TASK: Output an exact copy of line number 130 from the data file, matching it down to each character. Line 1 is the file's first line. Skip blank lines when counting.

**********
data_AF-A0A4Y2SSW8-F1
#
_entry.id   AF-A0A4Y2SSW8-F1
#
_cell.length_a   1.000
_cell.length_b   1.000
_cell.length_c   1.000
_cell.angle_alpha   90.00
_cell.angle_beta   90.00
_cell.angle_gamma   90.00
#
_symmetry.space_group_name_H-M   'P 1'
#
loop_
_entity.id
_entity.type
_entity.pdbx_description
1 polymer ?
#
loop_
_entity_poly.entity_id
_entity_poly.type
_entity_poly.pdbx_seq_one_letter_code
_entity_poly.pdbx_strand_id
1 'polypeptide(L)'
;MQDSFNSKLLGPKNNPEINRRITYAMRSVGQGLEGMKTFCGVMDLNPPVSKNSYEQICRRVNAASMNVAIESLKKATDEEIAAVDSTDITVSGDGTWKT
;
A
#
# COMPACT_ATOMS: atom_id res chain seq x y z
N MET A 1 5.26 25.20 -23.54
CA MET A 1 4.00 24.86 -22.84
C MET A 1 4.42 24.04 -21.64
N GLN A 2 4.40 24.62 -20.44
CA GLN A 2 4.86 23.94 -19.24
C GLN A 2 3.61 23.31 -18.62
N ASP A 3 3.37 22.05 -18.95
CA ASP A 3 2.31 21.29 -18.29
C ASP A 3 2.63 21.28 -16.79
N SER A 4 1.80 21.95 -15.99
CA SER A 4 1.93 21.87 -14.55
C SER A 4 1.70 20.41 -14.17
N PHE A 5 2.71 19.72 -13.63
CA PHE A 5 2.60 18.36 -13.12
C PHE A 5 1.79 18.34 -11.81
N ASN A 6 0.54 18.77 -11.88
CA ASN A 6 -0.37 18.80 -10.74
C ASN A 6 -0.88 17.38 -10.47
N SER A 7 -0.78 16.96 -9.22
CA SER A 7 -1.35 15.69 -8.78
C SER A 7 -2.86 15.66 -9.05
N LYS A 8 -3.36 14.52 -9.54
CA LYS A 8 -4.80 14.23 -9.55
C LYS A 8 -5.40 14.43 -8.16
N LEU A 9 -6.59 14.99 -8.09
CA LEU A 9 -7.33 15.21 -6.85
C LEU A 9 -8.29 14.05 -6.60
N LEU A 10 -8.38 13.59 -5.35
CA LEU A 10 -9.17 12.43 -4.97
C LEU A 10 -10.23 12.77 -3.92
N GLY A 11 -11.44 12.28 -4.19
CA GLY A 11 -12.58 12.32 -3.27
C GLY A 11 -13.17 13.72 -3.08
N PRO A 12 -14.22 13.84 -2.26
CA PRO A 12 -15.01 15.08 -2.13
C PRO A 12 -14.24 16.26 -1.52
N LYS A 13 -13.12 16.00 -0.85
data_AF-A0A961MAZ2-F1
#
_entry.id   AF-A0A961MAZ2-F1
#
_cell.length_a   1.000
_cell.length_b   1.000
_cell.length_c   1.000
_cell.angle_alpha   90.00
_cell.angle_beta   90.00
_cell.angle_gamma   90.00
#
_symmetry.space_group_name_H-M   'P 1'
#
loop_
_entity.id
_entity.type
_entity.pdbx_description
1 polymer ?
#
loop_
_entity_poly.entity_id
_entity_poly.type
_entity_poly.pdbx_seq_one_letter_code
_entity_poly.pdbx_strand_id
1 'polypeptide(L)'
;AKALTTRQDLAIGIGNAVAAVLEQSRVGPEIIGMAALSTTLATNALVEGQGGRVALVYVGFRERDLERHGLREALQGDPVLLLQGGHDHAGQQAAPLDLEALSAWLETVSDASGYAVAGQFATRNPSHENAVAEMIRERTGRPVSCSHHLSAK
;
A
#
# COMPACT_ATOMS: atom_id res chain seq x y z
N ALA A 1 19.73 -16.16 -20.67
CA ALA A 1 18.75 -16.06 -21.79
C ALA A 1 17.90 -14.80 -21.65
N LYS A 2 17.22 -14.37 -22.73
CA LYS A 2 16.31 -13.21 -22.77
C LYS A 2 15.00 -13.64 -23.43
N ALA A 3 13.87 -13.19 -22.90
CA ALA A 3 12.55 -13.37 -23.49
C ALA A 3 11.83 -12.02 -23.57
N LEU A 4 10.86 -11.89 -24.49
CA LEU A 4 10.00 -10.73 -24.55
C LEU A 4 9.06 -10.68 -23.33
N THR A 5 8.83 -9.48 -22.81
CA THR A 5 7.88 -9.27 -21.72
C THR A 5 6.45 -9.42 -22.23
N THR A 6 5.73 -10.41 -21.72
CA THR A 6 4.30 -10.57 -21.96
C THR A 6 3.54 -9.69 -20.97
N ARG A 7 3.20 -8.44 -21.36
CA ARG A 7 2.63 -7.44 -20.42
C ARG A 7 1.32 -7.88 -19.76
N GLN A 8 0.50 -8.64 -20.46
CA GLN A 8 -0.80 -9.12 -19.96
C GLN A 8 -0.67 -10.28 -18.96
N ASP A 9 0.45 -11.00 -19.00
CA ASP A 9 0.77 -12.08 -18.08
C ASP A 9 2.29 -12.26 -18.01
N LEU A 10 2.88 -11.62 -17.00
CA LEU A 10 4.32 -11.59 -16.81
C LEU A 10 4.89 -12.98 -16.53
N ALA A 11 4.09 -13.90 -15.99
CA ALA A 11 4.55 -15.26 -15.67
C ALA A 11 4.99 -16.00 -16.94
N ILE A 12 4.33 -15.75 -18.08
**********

C ALA A 11 4.99 -16.00 -16.94